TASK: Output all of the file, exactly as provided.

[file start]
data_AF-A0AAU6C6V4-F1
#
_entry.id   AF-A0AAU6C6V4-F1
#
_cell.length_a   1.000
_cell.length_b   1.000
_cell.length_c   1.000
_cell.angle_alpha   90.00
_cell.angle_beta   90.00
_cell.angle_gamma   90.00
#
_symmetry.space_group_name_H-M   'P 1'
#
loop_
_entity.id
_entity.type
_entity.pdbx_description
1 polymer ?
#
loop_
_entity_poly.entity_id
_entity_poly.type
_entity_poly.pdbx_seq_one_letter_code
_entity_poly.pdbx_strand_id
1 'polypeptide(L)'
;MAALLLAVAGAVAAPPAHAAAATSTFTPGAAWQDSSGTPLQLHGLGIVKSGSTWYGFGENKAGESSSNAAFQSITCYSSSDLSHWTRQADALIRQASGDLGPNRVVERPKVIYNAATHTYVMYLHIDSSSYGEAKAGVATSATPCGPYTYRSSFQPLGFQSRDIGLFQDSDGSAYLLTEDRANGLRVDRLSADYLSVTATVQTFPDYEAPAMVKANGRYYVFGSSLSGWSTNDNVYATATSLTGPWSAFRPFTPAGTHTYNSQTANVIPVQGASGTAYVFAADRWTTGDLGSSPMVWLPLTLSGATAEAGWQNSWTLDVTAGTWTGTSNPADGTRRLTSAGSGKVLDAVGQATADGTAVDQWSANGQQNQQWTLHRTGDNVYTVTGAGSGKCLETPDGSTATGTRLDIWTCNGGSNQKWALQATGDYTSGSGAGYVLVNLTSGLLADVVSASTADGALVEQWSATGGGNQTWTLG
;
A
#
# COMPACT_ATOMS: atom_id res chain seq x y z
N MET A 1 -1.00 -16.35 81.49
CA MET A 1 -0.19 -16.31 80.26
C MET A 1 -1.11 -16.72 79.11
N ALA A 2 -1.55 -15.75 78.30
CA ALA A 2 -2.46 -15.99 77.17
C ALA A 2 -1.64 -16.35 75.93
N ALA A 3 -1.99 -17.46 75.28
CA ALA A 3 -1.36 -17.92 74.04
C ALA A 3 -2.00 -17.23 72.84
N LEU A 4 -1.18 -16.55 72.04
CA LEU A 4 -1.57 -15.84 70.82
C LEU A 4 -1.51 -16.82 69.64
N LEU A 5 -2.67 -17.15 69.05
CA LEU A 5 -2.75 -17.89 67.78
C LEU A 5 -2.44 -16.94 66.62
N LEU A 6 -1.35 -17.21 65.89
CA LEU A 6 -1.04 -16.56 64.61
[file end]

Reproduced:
data_AF-A0AAU6C6V4-F1
#
_entry.id   AF-A0AAU6C6V4-F1
#
_cell.length_a   1.000
_cell.length_b   1.000
_cell.length_c   1.000
_cell.angle_alpha   90.00
_cell.angle_beta   90.00
_cell.angle_gamma   90.00
#
_symmetry.space_group_name_H-M   'P 1'
#
loop_
_entity.id
_entity.type
_entity.pdbx_description
1 polymer ?
#
loop_
_entity_poly.entity_id
_entity_poly.type
_entity_poly.pdbx_seq_one_letter_code
_entity_poly.pdbx_strand_id
1 'polypeptide(L)'
;MAALLLAVAGAVAAPPAHAAAATSTFTPGAAWQDSSGTPLQLHGLGIVKSGSTWYGFGENKAGESSSNAAFQSITCYSSSDLSHWTRQADALIRQASGDLGPNRVVERPKVIYNAATHTYVMYLHIDSSSYGEAKAGVATSATPCGPYTYRSSFQPLGFQSRDIGLFQDSDGSAYLLTEDRANGLRVDRLSADYLSVTATVQTFPDYEAPAMVKANGRYYVFGSSLSGWSTNDNVYATATSLTGPWSAFRPFTPAGTHTYNSQTANVIPVQGASGTAYVFAADRWTTGDLGSSPMVWLPLTLSGATAEAGWQNSWTLDVTAGTWTGTSNPADGTRRLTSAGSGKVLDAVGQATADGTAVDQWSANGQQNQQWTLHRTGDNVYTVTGAGSGKCLETPDGSTATGTRLDIWTCNGGSNQKWALQATGDYTSGSGAGYVLVNLTSGLLADVVSASTADGALVEQWSATGGGNQTWTLG
;
A
#
# COMPACT_ATOMS: atom_id res chain seq x y z
N MET A 1 -1.00 -16.35 81.49
CA MET A 1 -0.19 -16.31 80.26
C MET A 1 -1.11 -16.72 79.11
N ALA A 2 -1.55 -15.75 78.30
CA ALA A 2 -2.46 -15.99 77.17
C ALA A 2 -1.64 -16.35 75.93
N ALA A 3 -1.99 -17.46 75.28
CA ALA A 3 -1.36 -17.92 74.04
C ALA A 3 -2.00 -17.23 72.84
N LEU A 4 -1.18 -16.55 72.04
CA LEU A 4 -1.57 -15.84 70.82
C LEU A 4 -1.51 -16.82 69.64
N LEU A 5 -2.67 -17.15 69.05
CA LEU A 5 -2.75 -17.89 67.78
C LEU A 5 -2.44 -16.94 66.62
N LEU A 6 -1.35 -17.21 65.89
CA LEU A 6 -1.04 -16.56 64.61